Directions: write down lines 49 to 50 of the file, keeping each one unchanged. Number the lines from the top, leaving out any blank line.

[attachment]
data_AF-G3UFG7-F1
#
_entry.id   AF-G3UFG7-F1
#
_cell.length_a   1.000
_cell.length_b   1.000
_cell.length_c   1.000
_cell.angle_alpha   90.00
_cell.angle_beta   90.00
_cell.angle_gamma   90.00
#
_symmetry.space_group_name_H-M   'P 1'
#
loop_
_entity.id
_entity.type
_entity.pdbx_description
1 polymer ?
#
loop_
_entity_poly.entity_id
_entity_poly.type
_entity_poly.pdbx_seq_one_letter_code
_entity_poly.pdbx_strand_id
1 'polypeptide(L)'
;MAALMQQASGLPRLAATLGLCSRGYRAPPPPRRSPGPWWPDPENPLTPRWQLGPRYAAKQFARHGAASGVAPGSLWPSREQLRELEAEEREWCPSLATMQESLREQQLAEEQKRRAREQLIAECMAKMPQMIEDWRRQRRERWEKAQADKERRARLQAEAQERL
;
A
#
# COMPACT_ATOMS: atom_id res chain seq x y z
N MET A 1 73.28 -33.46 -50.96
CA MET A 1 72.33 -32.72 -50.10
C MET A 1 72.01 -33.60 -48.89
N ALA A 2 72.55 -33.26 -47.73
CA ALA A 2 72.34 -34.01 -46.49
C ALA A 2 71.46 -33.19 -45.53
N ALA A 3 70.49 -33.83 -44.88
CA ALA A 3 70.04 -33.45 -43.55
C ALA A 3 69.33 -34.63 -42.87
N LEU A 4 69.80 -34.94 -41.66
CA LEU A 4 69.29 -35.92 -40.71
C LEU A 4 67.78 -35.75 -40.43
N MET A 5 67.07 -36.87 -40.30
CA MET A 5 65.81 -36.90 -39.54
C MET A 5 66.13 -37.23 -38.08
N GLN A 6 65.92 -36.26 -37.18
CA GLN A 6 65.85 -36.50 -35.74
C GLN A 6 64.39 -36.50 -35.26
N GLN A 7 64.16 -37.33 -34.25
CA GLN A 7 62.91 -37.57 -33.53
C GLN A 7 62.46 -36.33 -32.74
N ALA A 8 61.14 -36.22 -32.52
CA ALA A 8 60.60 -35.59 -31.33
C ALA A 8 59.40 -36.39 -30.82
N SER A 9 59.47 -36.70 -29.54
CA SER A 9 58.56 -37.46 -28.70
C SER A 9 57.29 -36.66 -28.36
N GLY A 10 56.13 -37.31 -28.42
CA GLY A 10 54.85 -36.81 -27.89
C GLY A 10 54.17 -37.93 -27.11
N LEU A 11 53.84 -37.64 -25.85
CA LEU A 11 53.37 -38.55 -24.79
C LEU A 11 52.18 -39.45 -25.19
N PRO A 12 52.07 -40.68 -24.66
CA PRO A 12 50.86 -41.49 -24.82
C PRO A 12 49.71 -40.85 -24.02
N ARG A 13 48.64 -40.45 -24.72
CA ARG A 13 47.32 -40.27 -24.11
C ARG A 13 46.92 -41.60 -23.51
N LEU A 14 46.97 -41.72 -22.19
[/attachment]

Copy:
N GLN A 7 64.16 -37.33 -34.25
CA GLN A 7 62.91 -37.57 -33.53